And then there is Mister Hello. Mister Hello can be found standing outside the bookies, come rain or shine, dressed in a large woolen overcoat that has seen better days and which he wears even in a heatwave. He does’nt exactly beg, but if people stop and pass the time of day with him, which many do, he usually asks them if they can spare a few bob because he has just that morning got a sure fire tip on a horse; he will, of course, pay you back as soon as he collects his winnings, and even buy you a drink or two to celebrate. He sure has the blarney and it’s a pleasure to part with a pound just to hear the lilt of his voice as he extols the virtues of the nag he has pinned his hopes on. It is not clear whether he ever actually bets any of the money, but the next time you see him he will wave you over and tell you the most elaborate and often hilarious story about why he was let down by the horse. He is a great gossip and a mine of information about what is going on in the locality. To be acknowledged by Mr Hello, and he reserves his ‘hello’s for his regulars, is to be recognized as fully belonging to the neighbourhood. So although from one standpoint he might be regarded as a tramp, a beggar,a con man and a social parasite, he plays an important and entirely positive role in sustaining the moral economy of the neighbourhood, whether as raconteur, news reporter, or stand up comedian. His presence makes possible those small acts of generosity and concern which we understand by ‘neighbourliness’ and without him life would be less rich, even and especially for the poor.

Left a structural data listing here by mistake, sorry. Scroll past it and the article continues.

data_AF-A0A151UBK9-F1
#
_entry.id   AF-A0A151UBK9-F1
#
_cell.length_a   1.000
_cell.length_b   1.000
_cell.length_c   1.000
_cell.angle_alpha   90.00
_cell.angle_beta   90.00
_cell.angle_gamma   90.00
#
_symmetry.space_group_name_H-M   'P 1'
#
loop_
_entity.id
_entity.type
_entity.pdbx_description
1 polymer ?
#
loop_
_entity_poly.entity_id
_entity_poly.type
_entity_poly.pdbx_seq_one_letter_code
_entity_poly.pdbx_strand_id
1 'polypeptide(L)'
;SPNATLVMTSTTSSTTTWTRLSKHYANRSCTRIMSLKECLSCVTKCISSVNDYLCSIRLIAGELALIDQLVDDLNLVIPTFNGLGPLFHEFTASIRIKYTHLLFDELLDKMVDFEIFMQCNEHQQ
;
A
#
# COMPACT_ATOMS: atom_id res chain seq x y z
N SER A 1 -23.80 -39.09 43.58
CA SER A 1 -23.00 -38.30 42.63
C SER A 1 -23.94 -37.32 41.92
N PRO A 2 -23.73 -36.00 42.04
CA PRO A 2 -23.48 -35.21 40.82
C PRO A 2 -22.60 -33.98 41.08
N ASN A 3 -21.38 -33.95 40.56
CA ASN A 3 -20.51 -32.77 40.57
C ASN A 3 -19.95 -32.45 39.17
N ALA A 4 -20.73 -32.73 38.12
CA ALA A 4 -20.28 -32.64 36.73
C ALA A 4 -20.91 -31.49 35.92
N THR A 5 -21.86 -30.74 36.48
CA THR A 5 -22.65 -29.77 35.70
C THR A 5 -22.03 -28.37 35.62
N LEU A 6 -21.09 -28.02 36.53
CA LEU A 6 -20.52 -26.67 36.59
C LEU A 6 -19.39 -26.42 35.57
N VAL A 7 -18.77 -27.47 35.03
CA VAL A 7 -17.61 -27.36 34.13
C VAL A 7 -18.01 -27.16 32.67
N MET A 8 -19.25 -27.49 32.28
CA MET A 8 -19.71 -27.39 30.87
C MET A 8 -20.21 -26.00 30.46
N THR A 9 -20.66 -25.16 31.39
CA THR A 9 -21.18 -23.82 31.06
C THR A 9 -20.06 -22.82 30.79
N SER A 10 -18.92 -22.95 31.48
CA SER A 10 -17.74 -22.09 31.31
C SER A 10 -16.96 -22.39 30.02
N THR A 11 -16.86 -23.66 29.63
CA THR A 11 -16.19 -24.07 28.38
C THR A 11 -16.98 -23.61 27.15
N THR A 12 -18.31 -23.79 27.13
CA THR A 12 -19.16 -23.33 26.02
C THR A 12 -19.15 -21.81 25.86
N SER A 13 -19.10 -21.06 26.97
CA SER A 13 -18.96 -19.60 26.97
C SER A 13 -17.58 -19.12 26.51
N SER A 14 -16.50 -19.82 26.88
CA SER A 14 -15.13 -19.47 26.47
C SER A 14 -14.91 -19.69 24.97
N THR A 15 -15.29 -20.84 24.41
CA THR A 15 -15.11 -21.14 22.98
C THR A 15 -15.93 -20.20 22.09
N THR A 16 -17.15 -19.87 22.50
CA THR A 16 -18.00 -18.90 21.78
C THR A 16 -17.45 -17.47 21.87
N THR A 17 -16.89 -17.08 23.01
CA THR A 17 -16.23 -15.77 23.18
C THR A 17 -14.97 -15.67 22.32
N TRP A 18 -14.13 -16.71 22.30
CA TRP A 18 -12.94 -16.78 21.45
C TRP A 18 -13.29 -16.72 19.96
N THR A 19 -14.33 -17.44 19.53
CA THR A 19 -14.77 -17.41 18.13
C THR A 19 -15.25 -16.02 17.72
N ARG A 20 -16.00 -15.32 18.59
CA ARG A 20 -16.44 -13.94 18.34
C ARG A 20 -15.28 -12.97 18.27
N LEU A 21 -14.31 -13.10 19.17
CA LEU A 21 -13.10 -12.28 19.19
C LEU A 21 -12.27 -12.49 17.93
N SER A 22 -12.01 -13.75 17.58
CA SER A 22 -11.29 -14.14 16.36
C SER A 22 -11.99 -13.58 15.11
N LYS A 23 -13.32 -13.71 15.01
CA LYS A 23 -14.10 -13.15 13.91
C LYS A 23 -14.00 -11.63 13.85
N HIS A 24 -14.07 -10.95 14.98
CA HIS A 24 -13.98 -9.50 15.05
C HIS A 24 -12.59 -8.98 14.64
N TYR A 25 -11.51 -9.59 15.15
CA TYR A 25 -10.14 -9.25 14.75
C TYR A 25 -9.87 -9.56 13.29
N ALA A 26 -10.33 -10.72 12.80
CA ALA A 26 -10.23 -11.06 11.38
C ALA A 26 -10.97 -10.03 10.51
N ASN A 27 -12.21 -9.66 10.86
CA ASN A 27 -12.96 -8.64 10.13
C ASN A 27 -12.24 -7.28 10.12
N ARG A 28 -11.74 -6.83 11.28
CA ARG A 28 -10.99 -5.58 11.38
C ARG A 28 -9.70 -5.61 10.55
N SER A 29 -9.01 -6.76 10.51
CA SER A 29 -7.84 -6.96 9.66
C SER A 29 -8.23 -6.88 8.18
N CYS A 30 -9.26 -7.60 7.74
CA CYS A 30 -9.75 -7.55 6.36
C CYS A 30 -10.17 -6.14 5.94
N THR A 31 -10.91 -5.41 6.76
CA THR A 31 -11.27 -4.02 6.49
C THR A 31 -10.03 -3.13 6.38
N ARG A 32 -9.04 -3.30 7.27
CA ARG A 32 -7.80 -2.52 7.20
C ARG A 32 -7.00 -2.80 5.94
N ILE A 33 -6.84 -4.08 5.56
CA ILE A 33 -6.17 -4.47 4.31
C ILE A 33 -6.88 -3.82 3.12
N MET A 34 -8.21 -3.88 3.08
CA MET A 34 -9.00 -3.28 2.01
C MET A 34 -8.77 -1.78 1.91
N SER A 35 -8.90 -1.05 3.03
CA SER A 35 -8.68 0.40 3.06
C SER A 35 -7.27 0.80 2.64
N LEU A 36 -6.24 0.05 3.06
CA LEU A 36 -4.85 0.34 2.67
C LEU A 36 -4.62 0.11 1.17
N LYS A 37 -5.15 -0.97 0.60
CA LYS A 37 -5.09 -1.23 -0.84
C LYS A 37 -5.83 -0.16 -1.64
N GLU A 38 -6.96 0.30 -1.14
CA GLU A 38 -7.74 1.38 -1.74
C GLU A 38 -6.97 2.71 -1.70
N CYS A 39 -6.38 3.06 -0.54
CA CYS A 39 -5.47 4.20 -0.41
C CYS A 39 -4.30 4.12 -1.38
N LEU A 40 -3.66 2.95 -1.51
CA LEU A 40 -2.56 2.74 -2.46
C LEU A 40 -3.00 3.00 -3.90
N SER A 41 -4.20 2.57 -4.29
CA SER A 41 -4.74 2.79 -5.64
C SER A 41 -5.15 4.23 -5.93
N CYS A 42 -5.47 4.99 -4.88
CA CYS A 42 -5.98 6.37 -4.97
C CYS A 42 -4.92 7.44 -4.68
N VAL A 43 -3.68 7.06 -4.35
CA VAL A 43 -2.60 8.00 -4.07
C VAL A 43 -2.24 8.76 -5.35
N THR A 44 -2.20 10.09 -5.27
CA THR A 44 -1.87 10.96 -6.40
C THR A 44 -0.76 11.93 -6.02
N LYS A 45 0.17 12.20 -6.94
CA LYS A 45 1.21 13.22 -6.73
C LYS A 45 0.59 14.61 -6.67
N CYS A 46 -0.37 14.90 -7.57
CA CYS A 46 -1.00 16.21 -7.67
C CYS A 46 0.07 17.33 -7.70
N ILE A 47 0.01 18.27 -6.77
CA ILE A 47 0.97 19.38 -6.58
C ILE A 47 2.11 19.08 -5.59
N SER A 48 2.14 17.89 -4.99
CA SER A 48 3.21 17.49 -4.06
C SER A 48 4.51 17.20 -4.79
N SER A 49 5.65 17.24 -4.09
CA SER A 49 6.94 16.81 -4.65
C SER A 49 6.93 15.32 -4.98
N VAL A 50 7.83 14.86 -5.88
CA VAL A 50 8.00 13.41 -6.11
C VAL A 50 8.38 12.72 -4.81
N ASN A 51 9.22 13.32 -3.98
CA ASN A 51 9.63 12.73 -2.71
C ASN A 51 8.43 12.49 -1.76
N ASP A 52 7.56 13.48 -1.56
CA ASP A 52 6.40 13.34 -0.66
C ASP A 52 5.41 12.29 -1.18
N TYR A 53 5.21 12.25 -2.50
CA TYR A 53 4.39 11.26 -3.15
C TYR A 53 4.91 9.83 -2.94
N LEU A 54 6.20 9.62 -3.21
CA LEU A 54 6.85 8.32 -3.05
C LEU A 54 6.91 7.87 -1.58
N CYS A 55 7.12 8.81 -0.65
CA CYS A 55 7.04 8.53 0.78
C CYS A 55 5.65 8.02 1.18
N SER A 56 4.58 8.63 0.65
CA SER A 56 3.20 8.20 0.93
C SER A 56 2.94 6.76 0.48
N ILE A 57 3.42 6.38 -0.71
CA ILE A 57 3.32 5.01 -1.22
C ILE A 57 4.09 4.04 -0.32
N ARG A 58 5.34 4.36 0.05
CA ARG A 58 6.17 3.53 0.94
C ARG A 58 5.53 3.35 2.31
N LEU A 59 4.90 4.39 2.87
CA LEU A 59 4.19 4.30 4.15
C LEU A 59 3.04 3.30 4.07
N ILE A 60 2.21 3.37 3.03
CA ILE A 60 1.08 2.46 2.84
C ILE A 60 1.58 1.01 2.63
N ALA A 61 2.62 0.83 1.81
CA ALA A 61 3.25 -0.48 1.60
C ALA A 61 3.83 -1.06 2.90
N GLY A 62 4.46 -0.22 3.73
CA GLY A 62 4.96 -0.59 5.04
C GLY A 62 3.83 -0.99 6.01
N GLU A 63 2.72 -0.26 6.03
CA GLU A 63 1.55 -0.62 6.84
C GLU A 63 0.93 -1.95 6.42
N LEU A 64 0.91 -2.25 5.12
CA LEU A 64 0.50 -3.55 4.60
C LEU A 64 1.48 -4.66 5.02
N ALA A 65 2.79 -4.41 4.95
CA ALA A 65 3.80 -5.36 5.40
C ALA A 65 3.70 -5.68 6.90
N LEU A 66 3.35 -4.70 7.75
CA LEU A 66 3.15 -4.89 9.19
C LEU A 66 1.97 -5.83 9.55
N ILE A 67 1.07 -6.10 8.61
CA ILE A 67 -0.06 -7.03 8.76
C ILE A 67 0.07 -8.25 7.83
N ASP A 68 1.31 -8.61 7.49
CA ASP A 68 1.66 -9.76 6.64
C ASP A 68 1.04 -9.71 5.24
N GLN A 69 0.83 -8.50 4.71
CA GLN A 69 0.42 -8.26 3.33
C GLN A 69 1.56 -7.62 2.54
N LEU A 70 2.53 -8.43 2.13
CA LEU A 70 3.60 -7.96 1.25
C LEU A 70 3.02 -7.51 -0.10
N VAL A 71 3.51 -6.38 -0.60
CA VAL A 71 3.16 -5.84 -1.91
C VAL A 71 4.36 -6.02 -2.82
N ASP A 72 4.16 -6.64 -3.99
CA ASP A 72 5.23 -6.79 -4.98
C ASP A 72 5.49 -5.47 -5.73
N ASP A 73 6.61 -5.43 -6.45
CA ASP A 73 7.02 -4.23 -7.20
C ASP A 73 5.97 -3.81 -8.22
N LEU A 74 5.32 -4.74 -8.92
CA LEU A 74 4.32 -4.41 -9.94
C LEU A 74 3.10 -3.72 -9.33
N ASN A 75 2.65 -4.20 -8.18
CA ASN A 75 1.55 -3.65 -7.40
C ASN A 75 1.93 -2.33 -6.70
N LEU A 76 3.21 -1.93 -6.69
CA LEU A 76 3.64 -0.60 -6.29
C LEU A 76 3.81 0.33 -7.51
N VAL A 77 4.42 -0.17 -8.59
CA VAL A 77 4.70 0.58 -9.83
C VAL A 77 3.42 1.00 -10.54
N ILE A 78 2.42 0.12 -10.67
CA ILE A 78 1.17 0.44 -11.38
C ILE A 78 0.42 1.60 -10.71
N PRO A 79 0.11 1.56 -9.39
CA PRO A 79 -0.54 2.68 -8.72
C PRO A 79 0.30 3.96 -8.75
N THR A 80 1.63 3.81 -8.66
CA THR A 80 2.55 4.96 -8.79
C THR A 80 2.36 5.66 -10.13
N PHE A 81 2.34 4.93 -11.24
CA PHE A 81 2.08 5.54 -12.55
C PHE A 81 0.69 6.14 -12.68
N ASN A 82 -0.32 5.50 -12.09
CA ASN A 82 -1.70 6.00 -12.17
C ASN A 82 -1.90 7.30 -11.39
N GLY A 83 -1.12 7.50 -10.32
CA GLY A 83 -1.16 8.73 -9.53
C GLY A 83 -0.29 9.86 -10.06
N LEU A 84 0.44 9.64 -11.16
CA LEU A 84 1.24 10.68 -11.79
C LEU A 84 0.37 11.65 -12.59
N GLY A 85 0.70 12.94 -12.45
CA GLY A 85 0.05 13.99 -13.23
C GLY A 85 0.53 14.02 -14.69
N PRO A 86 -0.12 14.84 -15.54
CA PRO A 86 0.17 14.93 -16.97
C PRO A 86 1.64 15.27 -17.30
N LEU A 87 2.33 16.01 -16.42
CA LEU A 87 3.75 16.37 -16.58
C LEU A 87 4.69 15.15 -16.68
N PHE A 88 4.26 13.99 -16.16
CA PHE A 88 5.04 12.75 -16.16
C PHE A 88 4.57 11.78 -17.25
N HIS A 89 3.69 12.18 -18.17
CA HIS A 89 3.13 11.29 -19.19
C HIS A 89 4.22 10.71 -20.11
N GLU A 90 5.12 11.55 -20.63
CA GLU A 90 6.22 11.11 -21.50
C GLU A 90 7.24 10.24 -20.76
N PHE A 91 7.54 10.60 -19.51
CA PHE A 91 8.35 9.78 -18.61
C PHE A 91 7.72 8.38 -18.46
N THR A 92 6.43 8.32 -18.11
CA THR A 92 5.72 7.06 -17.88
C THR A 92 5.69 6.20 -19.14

Moshe is worried that his landlords are going to increase his rent to the point where he will no longer be able to afford to stay there. In a time of recession, the middle class cut back on their hobbies and although he has his loyal customers who travel from all over London and beyond to browse his ware, business is not good. And there is talk that William Hill’s, the bookmakers, may close and be replaced by a new Sainsbury’s or a Café Nero. Many of the other amenities on which the less well-off rely are similarly threatened. If, one day we find that Mr Hello has disappeared and been replaced by a security guard, then we might really say ‘there goes the neighbourhood….
2) Lines of Desire
There is a school of radical urbanists, inspired by the French situationists who celebrate the city, and in particular its streets and public spaces as adventure playgrounds, sites of strange encounter and chance association which open up new human possibilities and subvert the rational ‘lines of desire’ imposed on the human traffic flow by the planners. These metropolitan optimists see the city as offering the potential for a different, more heterogeneous, and fulfilling set of relationships than is afforded by the private domestic sphere.